Why are some people seemingly effortlessly motivated to eat better while others struggle?
The answer to this question is one I have long pondered. As a doctor, I’ve often fallen into the ‘rescuer’ trap. With firsthand experience of what devastation poor diet and lifestyle choices can inflict, I’ve tried too hard to ‘help’ my patients understand this link too. I’ve realised that regardless what I did, the success of my patients seemed to be reliant on a different factor; the patient’s mindset.
Of course there are many factors responsible for a person’s success. However in my experience, success seems to be directly related to this. Success is in the mind. It is inside out. My task as a doctor is to figure out what drives the human being in front of me, to strengthen my own toolbox to communicate more effectively.
So, what particular factor is responsible for people to make lasting change and grow as individuals?
In the book ‘Drive’ by best selling author Daniel Pink, he addresses the science of motivation. What he found is that people are motivated by autonomy (our desire to be self directed), mastery (the urge to get better skills) and purpose (the desire to do something important that has meaning). While Daniel Pink discusses this in the realm of employment and business, I have looked at how these factors might play a role in my patient’s lives and how they could help improve how I practice.
Let’s start by focussing on the term purpose. What does it mean to lead a purpose driven life? How do I find my higher purpose?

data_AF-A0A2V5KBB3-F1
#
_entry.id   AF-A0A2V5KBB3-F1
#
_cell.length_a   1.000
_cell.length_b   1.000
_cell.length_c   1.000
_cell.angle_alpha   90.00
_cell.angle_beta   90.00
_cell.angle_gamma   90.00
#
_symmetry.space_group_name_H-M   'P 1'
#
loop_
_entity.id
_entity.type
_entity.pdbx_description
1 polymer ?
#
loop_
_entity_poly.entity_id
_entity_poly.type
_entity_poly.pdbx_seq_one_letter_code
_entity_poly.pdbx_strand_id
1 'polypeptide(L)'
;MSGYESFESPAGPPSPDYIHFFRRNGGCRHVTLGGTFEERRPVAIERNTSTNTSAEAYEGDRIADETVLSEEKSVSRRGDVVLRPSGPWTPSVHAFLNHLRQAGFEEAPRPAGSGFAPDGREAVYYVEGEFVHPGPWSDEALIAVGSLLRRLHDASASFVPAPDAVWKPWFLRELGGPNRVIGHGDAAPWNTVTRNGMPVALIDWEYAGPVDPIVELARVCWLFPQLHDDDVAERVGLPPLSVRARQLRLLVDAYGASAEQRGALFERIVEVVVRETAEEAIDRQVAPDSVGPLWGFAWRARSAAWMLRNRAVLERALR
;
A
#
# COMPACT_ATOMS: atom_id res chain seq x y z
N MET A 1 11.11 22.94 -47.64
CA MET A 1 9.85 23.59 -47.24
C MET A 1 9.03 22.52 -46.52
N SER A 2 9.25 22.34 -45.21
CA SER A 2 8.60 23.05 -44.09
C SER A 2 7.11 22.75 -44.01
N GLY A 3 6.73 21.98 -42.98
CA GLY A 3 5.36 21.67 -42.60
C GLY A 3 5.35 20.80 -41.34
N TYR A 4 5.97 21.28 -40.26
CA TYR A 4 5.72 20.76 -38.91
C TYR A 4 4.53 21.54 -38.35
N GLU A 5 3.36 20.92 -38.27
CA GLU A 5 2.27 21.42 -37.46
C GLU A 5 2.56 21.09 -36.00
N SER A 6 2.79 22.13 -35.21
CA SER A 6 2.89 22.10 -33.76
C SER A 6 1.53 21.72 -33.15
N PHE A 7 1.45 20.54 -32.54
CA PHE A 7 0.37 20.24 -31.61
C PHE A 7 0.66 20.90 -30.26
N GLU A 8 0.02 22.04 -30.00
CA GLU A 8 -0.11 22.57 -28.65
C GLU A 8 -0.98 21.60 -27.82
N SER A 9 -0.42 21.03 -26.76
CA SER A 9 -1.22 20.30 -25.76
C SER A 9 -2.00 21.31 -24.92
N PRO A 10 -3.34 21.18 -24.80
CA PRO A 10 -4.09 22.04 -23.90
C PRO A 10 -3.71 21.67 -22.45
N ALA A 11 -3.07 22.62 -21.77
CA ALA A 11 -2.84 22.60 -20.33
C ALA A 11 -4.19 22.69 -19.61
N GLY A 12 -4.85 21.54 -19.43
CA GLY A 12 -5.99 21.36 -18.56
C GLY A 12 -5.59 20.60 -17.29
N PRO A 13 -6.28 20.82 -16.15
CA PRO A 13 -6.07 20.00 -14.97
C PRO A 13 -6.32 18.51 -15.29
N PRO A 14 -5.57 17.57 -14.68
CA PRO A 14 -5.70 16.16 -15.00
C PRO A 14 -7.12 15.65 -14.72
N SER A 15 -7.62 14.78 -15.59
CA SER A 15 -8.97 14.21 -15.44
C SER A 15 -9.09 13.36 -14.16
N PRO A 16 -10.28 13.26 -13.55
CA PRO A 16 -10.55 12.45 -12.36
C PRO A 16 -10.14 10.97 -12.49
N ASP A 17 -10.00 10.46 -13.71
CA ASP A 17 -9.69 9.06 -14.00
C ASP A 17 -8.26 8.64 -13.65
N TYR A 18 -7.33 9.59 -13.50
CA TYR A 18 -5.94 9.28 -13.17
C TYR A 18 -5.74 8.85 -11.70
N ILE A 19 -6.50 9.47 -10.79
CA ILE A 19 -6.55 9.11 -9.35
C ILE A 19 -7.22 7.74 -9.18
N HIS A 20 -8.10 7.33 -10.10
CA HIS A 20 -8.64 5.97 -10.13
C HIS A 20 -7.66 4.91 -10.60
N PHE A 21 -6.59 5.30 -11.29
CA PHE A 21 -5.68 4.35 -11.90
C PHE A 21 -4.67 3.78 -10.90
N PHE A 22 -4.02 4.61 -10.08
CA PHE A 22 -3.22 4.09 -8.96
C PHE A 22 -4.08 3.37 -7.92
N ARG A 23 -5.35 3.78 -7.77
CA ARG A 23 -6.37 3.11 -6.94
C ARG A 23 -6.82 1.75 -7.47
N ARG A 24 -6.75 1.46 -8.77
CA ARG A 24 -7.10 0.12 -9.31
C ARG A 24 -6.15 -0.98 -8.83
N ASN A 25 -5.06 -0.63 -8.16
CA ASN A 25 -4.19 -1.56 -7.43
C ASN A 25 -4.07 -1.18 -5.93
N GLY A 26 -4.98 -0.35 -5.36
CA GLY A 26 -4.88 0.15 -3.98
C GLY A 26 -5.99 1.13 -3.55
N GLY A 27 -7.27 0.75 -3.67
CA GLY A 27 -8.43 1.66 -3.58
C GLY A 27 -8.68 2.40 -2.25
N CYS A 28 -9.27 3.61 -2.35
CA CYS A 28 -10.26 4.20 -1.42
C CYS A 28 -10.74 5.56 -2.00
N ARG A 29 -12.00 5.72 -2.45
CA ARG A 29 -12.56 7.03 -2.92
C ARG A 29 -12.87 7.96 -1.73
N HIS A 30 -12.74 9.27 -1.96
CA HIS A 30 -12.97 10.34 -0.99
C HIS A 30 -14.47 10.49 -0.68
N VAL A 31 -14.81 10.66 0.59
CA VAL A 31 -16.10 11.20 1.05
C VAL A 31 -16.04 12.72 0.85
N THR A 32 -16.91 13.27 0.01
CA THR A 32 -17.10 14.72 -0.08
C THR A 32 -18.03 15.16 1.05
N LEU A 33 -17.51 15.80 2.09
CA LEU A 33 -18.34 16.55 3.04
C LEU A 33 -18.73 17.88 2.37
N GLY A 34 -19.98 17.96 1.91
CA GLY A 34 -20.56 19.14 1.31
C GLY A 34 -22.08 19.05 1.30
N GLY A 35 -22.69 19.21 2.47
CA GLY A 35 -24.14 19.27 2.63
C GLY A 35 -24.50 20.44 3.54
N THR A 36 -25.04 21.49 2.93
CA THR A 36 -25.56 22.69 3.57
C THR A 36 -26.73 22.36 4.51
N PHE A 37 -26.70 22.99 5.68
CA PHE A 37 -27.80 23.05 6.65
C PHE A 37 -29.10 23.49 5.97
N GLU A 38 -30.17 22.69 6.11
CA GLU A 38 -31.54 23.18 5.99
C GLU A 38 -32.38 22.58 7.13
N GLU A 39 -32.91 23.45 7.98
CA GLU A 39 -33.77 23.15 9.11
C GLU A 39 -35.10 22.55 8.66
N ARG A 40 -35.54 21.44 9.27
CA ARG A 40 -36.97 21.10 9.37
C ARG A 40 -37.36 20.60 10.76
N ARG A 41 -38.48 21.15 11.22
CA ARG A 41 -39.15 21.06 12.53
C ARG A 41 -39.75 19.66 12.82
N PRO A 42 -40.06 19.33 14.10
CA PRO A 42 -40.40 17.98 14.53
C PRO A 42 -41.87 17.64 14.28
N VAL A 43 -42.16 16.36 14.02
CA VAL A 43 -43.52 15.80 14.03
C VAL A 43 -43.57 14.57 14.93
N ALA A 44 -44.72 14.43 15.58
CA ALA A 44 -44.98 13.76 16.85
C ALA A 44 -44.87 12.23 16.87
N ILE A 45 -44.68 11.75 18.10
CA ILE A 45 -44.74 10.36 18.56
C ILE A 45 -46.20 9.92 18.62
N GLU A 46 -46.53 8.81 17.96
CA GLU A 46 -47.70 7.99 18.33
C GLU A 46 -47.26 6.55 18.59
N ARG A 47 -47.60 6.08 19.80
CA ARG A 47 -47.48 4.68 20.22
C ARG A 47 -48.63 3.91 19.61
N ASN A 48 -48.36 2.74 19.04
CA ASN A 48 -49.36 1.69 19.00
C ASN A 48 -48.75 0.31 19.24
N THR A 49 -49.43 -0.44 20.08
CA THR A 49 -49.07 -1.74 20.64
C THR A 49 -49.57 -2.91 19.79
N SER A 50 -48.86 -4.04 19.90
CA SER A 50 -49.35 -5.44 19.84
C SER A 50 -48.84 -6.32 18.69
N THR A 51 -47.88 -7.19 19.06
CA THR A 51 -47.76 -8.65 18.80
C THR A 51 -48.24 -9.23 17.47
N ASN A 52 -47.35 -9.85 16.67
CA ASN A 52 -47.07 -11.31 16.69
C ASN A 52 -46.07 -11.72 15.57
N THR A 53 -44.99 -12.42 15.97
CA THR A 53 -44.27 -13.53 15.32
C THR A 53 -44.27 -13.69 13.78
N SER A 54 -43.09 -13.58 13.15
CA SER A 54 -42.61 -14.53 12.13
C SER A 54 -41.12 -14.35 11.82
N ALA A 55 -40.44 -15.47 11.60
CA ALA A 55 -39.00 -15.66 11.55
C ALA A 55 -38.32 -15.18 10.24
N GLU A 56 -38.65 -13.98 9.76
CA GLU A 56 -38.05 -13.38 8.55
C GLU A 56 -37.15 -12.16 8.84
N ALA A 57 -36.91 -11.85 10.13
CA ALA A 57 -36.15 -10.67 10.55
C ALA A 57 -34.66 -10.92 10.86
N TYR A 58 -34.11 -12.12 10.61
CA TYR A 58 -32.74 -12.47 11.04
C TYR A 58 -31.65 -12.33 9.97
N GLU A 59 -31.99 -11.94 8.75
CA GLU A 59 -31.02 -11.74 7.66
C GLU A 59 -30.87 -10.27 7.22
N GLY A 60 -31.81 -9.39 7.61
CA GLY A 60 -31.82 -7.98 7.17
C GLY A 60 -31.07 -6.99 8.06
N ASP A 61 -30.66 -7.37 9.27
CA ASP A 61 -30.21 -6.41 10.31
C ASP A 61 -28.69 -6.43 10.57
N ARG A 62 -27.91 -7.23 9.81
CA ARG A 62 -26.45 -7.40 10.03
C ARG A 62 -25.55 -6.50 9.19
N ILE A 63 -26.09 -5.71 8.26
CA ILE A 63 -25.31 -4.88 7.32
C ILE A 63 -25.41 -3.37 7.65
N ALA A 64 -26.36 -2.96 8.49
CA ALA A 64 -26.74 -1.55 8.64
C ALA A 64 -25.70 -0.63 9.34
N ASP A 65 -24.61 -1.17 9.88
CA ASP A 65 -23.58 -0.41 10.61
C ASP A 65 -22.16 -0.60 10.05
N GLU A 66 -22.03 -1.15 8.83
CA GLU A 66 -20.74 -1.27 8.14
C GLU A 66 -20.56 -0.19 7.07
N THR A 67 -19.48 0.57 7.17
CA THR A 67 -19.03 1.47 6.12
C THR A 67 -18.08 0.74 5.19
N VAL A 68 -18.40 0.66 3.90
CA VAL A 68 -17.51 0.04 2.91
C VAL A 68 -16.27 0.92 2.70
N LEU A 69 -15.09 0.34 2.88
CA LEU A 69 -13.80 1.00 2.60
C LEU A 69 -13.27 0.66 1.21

Living with purpose occurs when a person commits to knowing himself/herself intrinsically and then chooses to live a life that fulfils those core values. In order to know yourself it is important to ask some (sometimes difficult) questions.
What is important to you? What special talents are unique to you? What makes you proud? What are your hopes and dreams? What were they when you were 10? What excites you? What scares you? How do you deal with failure? How do you deal with success? Are you proud of how you’re living? Examine past and current experiences, both good and bad. What did they teach you?
To know yourself and find the answers to these questions, it is necessary to commit to a daily relationship with yourself. Whether you write in a journal, cycle, walk or run; whether you pray, meditate or spend time in nature – you must check in with yourself, preferably every single day.
“When you clarify your purpose, you become centred, you become powerful.” says author Prof. Robert Quinn. See video link here. When you become clear on your purpose, you are working from a place of power that is in line with the power of the universe. You will begin to crave authentic connections. Slowly the things and people who don’t serve you begin to fall away.
Now start to set goals and commit to completing them. Remember too that this is a lifelong journey. So don’t be too hard on yourself. Follow through with your goals but be compassionate with yourself.
When a person chooses to lead a purpose driven life, autonomy or the desire to be self directed is automatic. No longer do you look for easy fixes and short term gains. You are too busy hearing the call of your own soul. You make your own rules and you stick to them. Mastery means that you check in daily to keep track of the long term goal.